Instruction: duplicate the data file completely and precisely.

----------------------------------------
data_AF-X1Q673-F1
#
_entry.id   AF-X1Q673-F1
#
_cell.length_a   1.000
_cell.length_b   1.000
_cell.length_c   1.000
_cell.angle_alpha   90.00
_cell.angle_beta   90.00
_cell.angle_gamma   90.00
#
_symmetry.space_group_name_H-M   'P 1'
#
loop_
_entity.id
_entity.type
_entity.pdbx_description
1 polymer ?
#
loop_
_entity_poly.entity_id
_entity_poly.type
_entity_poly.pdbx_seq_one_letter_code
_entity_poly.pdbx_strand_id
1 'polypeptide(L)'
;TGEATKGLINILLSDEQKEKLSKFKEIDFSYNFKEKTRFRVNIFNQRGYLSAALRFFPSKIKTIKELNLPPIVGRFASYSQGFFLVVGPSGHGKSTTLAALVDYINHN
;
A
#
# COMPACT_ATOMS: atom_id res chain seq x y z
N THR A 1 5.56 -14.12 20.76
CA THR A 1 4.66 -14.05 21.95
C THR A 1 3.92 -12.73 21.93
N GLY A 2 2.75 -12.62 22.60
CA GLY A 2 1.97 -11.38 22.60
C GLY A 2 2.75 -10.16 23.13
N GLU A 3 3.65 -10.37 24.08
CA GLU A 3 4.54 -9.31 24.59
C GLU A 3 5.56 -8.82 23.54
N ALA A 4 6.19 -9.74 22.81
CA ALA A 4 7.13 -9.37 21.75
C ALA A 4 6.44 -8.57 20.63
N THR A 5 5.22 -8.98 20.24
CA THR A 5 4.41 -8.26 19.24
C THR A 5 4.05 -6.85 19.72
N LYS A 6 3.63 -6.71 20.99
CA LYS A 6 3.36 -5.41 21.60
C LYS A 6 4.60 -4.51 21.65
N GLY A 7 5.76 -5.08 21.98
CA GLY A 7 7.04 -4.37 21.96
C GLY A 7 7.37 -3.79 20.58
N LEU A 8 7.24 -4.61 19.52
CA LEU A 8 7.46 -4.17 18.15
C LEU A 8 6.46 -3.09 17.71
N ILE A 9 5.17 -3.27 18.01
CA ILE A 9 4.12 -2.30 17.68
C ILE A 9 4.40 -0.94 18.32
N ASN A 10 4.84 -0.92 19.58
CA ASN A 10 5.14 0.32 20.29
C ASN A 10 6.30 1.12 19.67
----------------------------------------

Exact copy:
data_AF-X1Q673-F1
#
_entry.id   AF-X1Q673-F1
#
_cell.length_a   1.000
_cell.length_b   1.000
_cell.length_c   1.000
_cell.angle_alpha   90.00
_cell.angle_beta   90.00
_cell.angle_gamma   90.00
#
_symmetry.space_group_name_H-M   'P 1'
#
loop_
_entity.id
_entity.type
_entity.pdbx_description
1 polymer ?
#
loop_
_entity_poly.entity_id
_entity_poly.type
_entity_poly.pdbx_seq_one_letter_code
_entity_poly.pdbx_strand_id
1 'polypeptide(L)'
;TGEATKGLINILLSDEQKEKLSKFKEIDFSYNFKEKTRFRVNIFNQRGYLSAALRFFPSKIKTIKELNLPPIVGRFASYSQGFFLVVGPSGHGKSTTLAALVDYINHN
;
A
#
# COMPACT_ATOMS: atom_id res chain seq x y z
N THR A 1 5.56 -14.12 20.76
CA THR A 1 4.66 -14.05 21.95
C THR A 1 3.92 -12.73 21.93
N GLY A 2 2.75 -12.62 22.60
CA GLY A 2 1.97 -11.38 22.60
C GLY A 2 2.75 -10.16 23.13
N GLU A 3 3.65 -10.37 24.08
CA GLU A 3 4.54 -9.31 24.59
C GLU A 3 5.56 -8.82 23.54
N ALA A 4 6.19 -9.74 22.81
CA ALA A 4 7.13 -9.37 21.75
C ALA A 4 6.44 -8.57 20.63
N THR A 5 5.22 -8.98 20.24
CA THR A 5 4.41 -8.26 19.24
C THR A 5 4.05 -6.85 19.72
N LYS A 6 3.63 -6.71 20.99
CA LYS A 6 3.36 -5.41 21.60
C LYS A 6 4.60 -4.51 21.65
N GLY A 7 5.76 -5.08 21.98
CA GLY A 7 7.04 -4.37 21.96
C GLY A 7 7.37 -3.79 20.58
N LEU A 8 7.24 -4.61 19.52
CA LEU A 8 7.46 -4.17 18.15
C LEU A 8 6.46 -3.09 17.71
N ILE A 9 5.17 -3.27 18.01
CA ILE A 9 4.12 -2.30 17.68
C ILE A 9 4.40 -0.94 18.32
N ASN A 10 4.84 -0.92 19.58
CA ASN A 10 5.14 0.32 20.29
C ASN A 10 6.30 1.12 19.67